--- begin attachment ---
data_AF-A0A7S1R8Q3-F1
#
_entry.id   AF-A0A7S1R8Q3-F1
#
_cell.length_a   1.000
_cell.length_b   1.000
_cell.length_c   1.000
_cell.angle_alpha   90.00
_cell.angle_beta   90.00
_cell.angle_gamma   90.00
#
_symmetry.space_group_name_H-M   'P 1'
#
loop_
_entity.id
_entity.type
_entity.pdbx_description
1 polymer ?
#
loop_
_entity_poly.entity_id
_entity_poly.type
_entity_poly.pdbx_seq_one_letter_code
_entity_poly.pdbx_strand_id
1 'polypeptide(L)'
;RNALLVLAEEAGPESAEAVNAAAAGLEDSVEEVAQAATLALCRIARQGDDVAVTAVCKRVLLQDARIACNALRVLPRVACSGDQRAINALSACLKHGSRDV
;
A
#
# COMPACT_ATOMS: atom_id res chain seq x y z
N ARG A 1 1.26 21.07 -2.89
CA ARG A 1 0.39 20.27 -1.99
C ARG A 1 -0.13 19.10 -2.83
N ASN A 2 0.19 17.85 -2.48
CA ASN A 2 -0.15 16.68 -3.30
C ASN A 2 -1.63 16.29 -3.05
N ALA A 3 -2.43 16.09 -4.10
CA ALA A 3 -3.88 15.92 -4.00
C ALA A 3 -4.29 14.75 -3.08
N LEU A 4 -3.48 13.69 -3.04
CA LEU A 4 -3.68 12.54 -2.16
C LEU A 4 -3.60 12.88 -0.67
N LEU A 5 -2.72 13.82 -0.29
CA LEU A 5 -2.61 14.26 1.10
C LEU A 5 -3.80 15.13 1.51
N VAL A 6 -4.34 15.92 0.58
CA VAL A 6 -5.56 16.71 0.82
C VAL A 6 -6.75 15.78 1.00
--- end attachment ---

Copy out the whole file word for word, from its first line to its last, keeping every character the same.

data_AF-A0A7S1R8Q3-F1
#
_entry.id   AF-A0A7S1R8Q3-F1
#
_cell.length_a   1.000
_cell.length_b   1.000
_cell.length_c   1.000
_cell.angle_alpha   90.00
_cell.angle_beta   90.00
_cell.angle_gamma   90.00
#
_symmetry.space_group_name_H-M   'P 1'
#
loop_
_entity.id
_entity.type
_entity.pdbx_description
1 polymer ?
#
loop_
_entity_poly.entity_id
_entity_poly.type
_entity_poly.pdbx_seq_one_letter_code
_entity_poly.pdbx_strand_id
1 'polypeptide(L)'
;RNALLVLAEEAGPESAEAVNAAAAGLEDSVEEVAQAATLALCRIARQGDDVAVTAVCKRVLLQDARIACNALRVLPRVACSGDQRAINALSACLKHGSRDV
;
A
#
# COMPACT_ATOMS: atom_id res chain seq x y z
N ARG A 1 1.26 21.07 -2.89
CA ARG A 1 0.39 20.27 -1.99
C ARG A 1 -0.13 19.10 -2.83
N ASN A 2 0.19 17.85 -2.48
CA ASN A 2 -0.15 16.68 -3.30
C ASN A 2 -1.63 16.29 -3.05
N ALA A 3 -2.43 16.09 -4.10
CA ALA A 3 -3.88 15.92 -4.00
C ALA A 3 -4.29 14.75 -3.08
N LEU A 4 -3.48 13.69 -3.04
CA LEU A 4 -3.68 12.54 -2.16
C LEU A 4 -3.60 12.88 -0.67
N LEU A 5 -2.72 13.82 -0.29
CA LEU A 5 -2.61 14.26 1.10
C LEU A 5 -3.80 15.13 1.51
N VAL A 6 -4.34 15.92 0.58
CA VAL A 6 -5.56 16.71 0.82
C VAL A 6 -6.75 15.78 1.00